One issue that should keep Americans up worrying at nights is the current status of the Federal Helium Reserve.
No worries. It is still there near Amarillo, Texas, storing vital helium for America's defense and scientific needs.
The Bureau of Land Management's brief history of the Federal Helium Reserve notes that stockpiling began in 1925. At that point, the Army and Navy were interested in the possibilities of dirigibles for wartime use. USS Akron is the best known example of naval airship construction and use.
Development of more reliable and effective airplanes quickly killed defense applications.
After World War II, NASA and research communities relied on the reserve for their helium. Overall, however, "federal demand for helium did not live up to postwar expectations."
In 1996, the goals of the program shifted. The government now operates the reserve and pipeline system, provides helium gas, evaluates helium bearing gas fields, and provides access to land for helium recovery.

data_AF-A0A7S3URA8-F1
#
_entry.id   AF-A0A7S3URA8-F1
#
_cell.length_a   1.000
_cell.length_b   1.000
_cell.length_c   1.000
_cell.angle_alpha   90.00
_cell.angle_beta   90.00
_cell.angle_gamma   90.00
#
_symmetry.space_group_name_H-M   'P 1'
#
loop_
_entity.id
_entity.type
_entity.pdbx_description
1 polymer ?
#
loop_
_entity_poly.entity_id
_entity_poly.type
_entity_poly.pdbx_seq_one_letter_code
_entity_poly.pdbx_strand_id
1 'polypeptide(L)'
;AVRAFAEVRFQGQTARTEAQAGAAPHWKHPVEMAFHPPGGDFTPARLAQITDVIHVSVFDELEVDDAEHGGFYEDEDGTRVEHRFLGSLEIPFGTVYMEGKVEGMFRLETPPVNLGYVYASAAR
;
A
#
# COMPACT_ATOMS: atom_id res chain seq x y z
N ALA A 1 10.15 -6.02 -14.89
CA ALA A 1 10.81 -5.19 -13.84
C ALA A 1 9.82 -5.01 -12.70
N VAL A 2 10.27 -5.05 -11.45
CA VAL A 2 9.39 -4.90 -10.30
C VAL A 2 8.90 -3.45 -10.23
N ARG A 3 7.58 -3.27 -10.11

The helium reserve must be of immense national importance. Right before the government shutdown last month, Congress passed and Obama signed a bill designed to keep the reserve fully funded and operational.
Helium, especially in liquid form, is vital to research and it gradually growing more expensive. Reports indicate that the United States reserve, the only of its kind, has allowed supplies to dwindle.
A helium reserve is needed and it may be a good idea to have more than one. The private sector, however, can and should run this operation.